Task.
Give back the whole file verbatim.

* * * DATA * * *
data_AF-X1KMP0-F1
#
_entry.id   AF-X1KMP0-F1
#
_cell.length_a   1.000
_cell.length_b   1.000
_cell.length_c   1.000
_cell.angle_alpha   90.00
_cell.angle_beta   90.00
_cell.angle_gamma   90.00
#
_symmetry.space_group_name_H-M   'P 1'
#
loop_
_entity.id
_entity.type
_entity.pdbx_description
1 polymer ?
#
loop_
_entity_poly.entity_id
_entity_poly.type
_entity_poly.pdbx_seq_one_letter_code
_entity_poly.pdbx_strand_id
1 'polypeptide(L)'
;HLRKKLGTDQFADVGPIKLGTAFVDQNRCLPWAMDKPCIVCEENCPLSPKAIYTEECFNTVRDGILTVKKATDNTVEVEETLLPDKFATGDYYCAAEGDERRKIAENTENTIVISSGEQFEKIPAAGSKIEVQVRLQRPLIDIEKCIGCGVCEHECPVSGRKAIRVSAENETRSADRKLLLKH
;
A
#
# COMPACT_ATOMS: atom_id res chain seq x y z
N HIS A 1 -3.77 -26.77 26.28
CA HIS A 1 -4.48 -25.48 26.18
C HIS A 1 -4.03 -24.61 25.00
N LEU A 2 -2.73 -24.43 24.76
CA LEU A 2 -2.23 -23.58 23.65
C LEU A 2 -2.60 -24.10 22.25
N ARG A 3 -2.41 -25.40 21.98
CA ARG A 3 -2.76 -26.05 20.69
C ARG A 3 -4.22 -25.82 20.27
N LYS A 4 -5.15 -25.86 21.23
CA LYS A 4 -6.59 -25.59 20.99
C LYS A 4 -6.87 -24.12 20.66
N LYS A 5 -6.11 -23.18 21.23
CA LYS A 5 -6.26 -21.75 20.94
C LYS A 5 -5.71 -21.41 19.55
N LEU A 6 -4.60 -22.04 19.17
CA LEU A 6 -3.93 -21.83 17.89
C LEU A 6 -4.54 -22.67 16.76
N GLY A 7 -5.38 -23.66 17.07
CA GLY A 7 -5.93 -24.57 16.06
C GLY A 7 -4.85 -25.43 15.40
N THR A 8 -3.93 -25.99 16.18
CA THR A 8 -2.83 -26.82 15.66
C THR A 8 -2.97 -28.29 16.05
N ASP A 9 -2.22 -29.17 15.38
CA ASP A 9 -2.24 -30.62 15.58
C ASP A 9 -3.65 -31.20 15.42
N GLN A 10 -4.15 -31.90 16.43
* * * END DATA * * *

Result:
data_AF-X1KMP0-F1
#
_entry.id   AF-X1KMP0-F1
#
_cell.length_a   1.000
_cell.length_b   1.000
_cell.length_c   1.000
_cell.angle_alpha   90.00
_cell.angle_beta   90.00
_cell.angle_gamma   90.00
#
_symmetry.space_group_name_H-M   'P 1'
#
loop_
_entity.id
_entity.type
_entity.pdbx_description
1 polymer ?
#
loop_
_entity_poly.entity_id
_entity_poly.type
_entity_poly.pdbx_seq_one_letter_code
_entity_poly.pdbx_strand_id
1 'polypeptide(L)'
;HLRKKLGTDQFADVGPIKLGTAFVDQNRCLPWAMDKPCIVCEENCPLSPKAIYTEECFNTVRDGILTVKKATDNTVEVEETLLPDKFATGDYYCAAEGDERRKIAENTENTIVISSGEQFEKIPAAGSKIEVQVRLQRPLIDIEKCIGCGVCEHECPVSGRKAIRVSAENETRSADRKLLLKH
;
A
#
# COMPACT_ATOMS: atom_id res chain seq x y z
N HIS A 1 -3.77 -26.77 26.28
CA HIS A 1 -4.48 -25.48 26.18
C HIS A 1 -4.03 -24.61 25.00
N LEU A 2 -2.73 -24.43 24.76
CA LEU A 2 -2.23 -23.58 23.65
C LEU A 2 -2.60 -24.10 22.25
N ARG A 3 -2.41 -25.40 21.98
CA ARG A 3 -2.76 -26.05 20.69
C ARG A 3 -4.22 -25.82 20.27
N LYS A 4 -5.15 -25.86 21.23
CA LYS A 4 -6.59 -25.59 20.99
C LYS A 4 -6.87 -24.12 20.66
N LYS A 5 -6.11 -23.18 21.23
CA LYS A 5 -6.26 -21.75 20.94
C LYS A 5 -5.71 -21.41 19.55
N LEU A 6 -4.60 -22.04 19.17
CA LEU A 6 -3.93 -21.83 17.89
C LEU A 6 -4.54 -22.67 16.76
N GLY A 7 -5.38 -23.66 17.07
CA GLY A 7 -5.93 -24.57 16.06
C GLY A 7 -4.85 -25.43 15.40
N THR A 8 -3.93 -25.99 16.18
CA THR A 8 -2.83 -26.82 15.66
C THR A 8 -2.97 -28.29 16.05
N ASP A 9 -2.22 -29.17 15.38
CA ASP A 9 -2.24 -30.62 15.58
C ASP A 9 -3.65 -31.20 15.42
N GLN A 10 -4.15 -31.90 16.43